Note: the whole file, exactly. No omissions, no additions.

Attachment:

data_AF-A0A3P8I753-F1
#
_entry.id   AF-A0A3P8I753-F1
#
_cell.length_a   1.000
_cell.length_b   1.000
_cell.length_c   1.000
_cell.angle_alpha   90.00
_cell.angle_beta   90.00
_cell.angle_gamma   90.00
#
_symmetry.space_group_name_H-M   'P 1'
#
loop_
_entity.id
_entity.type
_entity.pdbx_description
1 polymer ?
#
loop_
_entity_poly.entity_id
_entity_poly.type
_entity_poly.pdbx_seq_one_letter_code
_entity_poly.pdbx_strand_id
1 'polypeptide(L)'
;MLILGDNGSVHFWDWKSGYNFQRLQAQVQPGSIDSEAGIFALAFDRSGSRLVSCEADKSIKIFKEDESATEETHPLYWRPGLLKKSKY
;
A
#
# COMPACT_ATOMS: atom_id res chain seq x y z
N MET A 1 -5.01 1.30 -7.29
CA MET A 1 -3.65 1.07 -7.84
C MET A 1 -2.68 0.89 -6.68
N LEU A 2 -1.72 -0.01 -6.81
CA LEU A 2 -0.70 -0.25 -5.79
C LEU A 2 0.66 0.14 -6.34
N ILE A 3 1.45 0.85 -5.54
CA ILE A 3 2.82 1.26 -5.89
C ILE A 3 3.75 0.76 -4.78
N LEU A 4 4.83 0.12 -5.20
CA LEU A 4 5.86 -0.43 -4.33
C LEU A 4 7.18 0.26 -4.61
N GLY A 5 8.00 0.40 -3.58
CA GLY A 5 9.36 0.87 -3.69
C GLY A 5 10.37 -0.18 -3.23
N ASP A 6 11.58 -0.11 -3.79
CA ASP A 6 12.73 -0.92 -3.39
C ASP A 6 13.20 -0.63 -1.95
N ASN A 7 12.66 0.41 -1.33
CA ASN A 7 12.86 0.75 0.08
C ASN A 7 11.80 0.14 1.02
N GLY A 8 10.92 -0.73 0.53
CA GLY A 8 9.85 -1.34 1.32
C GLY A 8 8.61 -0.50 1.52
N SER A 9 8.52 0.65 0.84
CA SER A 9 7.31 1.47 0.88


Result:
data_AF-A0A3P8I753-F1
#
_entry.id   AF-A0A3P8I753-F1
#
_cell.length_a   1.000
_cell.length_b   1.000
_cell.length_c   1.000
_cell.angle_alpha   90.00
_cell.angle_beta   90.00
_cell.angle_gamma   90.00
#
_symmetry.space_group_name_H-M   'P 1'
#
loop_
_entity.id
_entity.type
_entity.pdbx_description
1 polymer ?
#
loop_
_entity_poly.entity_id
_entity_poly.type
_entity_poly.pdbx_seq_one_letter_code
_entity_poly.pdbx_strand_id
1 'polypeptide(L)'
;MLILGDNGSVHFWDWKSGYNFQRLQAQVQPGSIDSEAGIFALAFDRSGSRLVSCEADKSIKIFKEDESATEETHPLYWRPGLLKKSKY
;
A
#
# COMPACT_ATOMS: atom_id res chain seq x y z
N MET A 1 -5.01 1.30 -7.29
CA MET A 1 -3.65 1.07 -7.84
C MET A 1 -2.68 0.89 -6.68
N LEU A 2 -1.72 -0.01 -6.81
CA LEU A 2 -0.70 -0.25 -5.79
C LEU A 2 0.66 0.14 -6.34
N ILE A 3 1.45 0.85 -5.54
CA ILE A 3 2.82 1.26 -5.89
C ILE A 3 3.75 0.76 -4.78
N LEU A 4 4.83 0.12 -5.20
CA LEU A 4 5.86 -0.43 -4.33
C LEU A 4 7.18 0.26 -4.61
N GLY A 5 8.00 0.40 -3.58
CA GLY A 5 9.36 0.87 -3.69
C GLY A 5 10.37 -0.18 -3.23
N ASP A 6 11.58 -0.11 -3.79
CA ASP A 6 12.73 -0.92 -3.39
C ASP A 6 13.20 -0.63 -1.95
N ASN A 7 12.66 0.41 -1.33
CA ASN A 7 12.86 0.75 0.08
C ASN A 7 11.80 0.14 1.02
N GLY A 8 10.92 -0.73 0.53
CA GLY A 8 9.85 -1.34 1.32
C GLY A 8 8.61 -0.50 1.52
N SER A 9 8.52 0.65 0.84
CA SER A 9 7.31 1.47 0.88